When the hour had come, He reclined at the table, and the apostles with Him. And He said to them, “I have earnestly desired to eat this Passover with you before I suffer; for I say to you, I shall never again eat it until it is fulfilled in the kingdom of God.” And when He had taken a cup and given thanks, He said, “Take this and share it among yourselves; for I say to you, I will not drink of the fruit of the vine from now on until the kingdom of God comes.” And when He had taken some bread and given thanks, He broke it and gave it to them, saying, “This is My body which is given for you; do this in remembrance of Me.” And in the same way He took the cup after they had eaten, saying, “This cup which is poured out for you is the new covenant in My blood." Luke, Ch. 22, vs. 14-20, NASBWe do this in remembrance of Him. Remembering His love for us, his devotion to us, His sacrifice for us.
I was raised in, and still attend, churches of the Restoration Movement ; Churches of Christ as a child and young adult, and a Disciples of Christ congregation today. In these churches, The Lord's Supper is the pinnacle of the worship service, the prime reason that we meet each Sunday. "For as often as you eat this bread and drink the cup, you proclaim the Lord's death until He comes." 1 Cor., Ch. 11, v. 26, NASB.
We remember Him, proclaim His death, and await His return. Yet in doing these things, we do so much more.
We remember that He died to reconcile us to God.
We remember that He died to defeat sin and death.
We remember that He gave His life in our place.
We remember that He forgave us.
We remind ourselves that He did these things for everyone.
We remind ourselves that we should love as He loves.
We remind ourselves that we need each other.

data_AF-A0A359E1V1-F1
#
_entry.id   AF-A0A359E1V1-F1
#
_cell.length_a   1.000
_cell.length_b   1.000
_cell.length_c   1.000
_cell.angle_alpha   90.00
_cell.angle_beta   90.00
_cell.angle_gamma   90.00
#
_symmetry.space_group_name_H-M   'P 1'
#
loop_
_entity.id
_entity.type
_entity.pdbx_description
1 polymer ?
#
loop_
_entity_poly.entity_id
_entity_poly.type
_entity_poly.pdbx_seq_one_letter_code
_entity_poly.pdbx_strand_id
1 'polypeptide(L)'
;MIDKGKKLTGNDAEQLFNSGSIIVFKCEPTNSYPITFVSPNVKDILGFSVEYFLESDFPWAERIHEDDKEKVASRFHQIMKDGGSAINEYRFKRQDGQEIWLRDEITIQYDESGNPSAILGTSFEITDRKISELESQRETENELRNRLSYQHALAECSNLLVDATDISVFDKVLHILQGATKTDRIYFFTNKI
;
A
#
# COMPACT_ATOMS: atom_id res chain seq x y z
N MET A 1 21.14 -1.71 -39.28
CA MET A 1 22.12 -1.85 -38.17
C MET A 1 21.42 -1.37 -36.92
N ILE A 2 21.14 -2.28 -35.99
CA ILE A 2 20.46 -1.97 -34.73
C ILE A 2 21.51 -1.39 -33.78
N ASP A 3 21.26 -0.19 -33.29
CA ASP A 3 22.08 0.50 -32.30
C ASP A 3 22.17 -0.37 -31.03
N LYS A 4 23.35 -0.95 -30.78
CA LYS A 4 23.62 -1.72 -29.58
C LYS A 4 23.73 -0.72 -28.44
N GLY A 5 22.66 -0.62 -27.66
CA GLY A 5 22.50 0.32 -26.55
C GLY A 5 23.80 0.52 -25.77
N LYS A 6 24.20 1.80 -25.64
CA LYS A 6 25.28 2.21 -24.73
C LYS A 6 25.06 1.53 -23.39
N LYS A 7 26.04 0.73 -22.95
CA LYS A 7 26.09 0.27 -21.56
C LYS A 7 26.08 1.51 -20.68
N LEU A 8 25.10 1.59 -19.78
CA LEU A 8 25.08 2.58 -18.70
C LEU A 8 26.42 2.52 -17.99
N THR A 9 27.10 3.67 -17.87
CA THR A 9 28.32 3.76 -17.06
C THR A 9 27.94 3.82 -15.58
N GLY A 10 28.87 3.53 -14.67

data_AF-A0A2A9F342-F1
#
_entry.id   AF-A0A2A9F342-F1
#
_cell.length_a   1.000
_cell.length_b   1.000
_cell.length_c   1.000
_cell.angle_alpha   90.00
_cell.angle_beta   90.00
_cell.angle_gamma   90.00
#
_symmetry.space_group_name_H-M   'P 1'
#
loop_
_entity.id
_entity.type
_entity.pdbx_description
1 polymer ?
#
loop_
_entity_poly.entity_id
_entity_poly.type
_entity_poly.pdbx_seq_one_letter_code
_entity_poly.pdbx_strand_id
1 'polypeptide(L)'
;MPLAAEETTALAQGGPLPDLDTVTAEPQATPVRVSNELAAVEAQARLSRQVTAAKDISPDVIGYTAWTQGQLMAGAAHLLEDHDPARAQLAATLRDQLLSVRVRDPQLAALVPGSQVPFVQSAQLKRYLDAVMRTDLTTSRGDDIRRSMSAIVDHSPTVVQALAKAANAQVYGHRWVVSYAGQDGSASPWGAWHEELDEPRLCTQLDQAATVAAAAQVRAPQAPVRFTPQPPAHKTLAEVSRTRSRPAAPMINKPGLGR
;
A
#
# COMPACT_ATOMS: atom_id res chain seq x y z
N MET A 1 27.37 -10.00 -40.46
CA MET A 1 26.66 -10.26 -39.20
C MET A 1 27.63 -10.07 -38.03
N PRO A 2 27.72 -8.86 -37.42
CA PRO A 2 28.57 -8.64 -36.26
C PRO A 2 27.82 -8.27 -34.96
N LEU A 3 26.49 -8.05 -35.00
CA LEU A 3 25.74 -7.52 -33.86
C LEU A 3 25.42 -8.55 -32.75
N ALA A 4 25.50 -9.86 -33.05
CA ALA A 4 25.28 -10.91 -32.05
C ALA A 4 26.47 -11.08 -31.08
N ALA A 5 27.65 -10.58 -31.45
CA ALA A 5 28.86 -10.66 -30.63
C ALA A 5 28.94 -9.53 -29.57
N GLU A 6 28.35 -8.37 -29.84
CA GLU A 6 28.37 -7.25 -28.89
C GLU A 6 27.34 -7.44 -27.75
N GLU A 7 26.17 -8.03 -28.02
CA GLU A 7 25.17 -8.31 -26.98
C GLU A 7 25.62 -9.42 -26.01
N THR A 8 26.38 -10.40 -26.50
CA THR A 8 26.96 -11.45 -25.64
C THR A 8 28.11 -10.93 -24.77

We remind ourselves that we have to be open to forgiving as well.
And The Lord's Supper reminds us of boundaries; of how Christ broke the boundary of sin that separates us from God, and how we should break the boundaries of fear and anger that separate us from each other.
The New Covenant of reconciliation to God reminds us of our need to break the boundaries between ourselves and our fellow man. Sometimes that boundary in our hearts seems even bigger than the boundary between us and God. And sometimes, that forgiveness seems as painful as His death on the Cross.
How do we break the seemingly impossible boundary? I'm not even going to pretend to know how, but if we call ourselves His, we at least have to believe that it is possible. Maybe not now, maybe not until the end of our lives, but we have to believe in that possibility.
"Forgive us our debts, as we forgive our debtors", He taught us to pray. For us, forgiveness is an ongoing process, and He knows that. We are forgiven, not at the end of our forgiving others, but as we enter and walk through the process of forgiving.
With God, all things are possible. Even the things I once thought I could never forgive, have crossed, and are still crossing, the boundary of forgiveness.
It's possible, but not quick or easy. I have to remind myself to be open to it, even in the midst of my deepest regrets and anger.
And each Sunday, as we drink of the Cup and eat of the Bread, He gives us His loving reminder that through Him all things are possible.
Do this, and remember Him; all that He did, and all that He still does.
It is the high point of worship, and the hardest work of our lives.